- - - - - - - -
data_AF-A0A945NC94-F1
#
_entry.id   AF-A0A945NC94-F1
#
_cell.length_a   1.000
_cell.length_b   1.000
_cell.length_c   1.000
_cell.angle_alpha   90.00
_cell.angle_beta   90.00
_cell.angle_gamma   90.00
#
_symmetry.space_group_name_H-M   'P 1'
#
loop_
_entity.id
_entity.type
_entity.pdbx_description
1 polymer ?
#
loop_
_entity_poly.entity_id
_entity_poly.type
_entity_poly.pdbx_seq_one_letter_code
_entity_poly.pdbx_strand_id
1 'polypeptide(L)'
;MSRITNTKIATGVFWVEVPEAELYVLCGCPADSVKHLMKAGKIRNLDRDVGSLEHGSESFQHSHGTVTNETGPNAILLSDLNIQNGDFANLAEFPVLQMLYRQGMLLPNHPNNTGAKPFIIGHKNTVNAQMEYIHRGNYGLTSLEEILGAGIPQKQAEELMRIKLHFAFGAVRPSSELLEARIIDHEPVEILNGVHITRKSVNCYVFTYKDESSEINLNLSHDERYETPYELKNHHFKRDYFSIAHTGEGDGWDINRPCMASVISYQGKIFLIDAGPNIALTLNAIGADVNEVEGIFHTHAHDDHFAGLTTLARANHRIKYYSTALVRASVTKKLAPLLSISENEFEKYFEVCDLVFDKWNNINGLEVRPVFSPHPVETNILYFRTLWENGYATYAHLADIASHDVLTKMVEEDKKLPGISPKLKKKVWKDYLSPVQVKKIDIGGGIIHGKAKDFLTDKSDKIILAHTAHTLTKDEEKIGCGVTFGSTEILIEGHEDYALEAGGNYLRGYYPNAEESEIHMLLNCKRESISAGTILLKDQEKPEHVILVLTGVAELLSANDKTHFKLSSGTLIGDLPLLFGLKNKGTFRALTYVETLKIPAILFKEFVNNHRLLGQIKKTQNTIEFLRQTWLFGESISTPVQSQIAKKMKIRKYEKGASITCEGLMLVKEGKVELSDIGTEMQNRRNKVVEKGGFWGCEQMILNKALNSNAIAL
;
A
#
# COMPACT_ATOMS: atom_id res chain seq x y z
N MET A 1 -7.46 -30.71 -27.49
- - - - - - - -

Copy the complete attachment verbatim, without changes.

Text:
data_AF-A0A945NC94-F1
#
_entry.id   AF-A0A945NC94-F1
#
_cell.length_a   1.000
_cell.length_b   1.000
_cell.length_c   1.000
_cell.angle_alpha   90.00
_cell.angle_beta   90.00
_cell.angle_gamma   90.00
#
_symmetry.space_group_name_H-M   'P 1'
#
loop_
_entity.id
_entity.type
_entity.pdbx_description
1 polymer ?
#
loop_
_entity_poly.entity_id
_entity_poly.type
_entity_poly.pdbx_seq_one_letter_code
_entity_poly.pdbx_strand_id
1 'polypeptide(L)'
;MSRITNTKIATGVFWVEVPEAELYVLCGCPADSVKHLMKAGKIRNLDRDVGSLEHGSESFQHSHGTVTNETGPNAILLSDLNIQNGDFANLAEFPVLQMLYRQGMLLPNHPNNTGAKPFIIGHKNTVNAQMEYIHRGNYGLTSLEEILGAGIPQKQAEELMRIKLHFAFGAVRPSSELLEARIIDHEPVEILNGVHITRKSVNCYVFTYKDESSEINLNLSHDERYETPYELKNHHFKRDYFSIAHTGEGDGWDINRPCMASVISYQGKIFLIDAGPNIALTLNAIGADVNEVEGIFHTHAHDDHFAGLTTLARANHRIKYYSTALVRASVTKKLAPLLSISENEFEKYFEVCDLVFDKWNNINGLEVRPVFSPHPVETNILYFRTLWENGYATYAHLADIASHDVLTKMVEEDKKLPGISPKLKKKVWKDYLSPVQVKKIDIGGGIIHGKAKDFLTDKSDKIILAHTAHTLTKDEEKIGCGVTFGSTEILIEGHEDYALEAGGNYLRGYYPNAEESEIHMLLNCKRESISAGTILLKDQEKPEHVILVLTGVAELLSANDKTHFKLSSGTLIGDLPLLFGLKNKGTFRALTYVETLKIPAILFKEFVNNHRLLGQIKKTQNTIEFLRQTWLFGESISTPVQSQIAKKMKIRKYEKGASITCEGLMLVKEGKVELSDIGTEMQNRRNKVVEKGGFWGCEQMILNKALNSNAIAL
;
A
#
# COMPACT_ATOMS: atom_id res chain seq x y z
N MET A 1 -7.46 -30.71 -27.49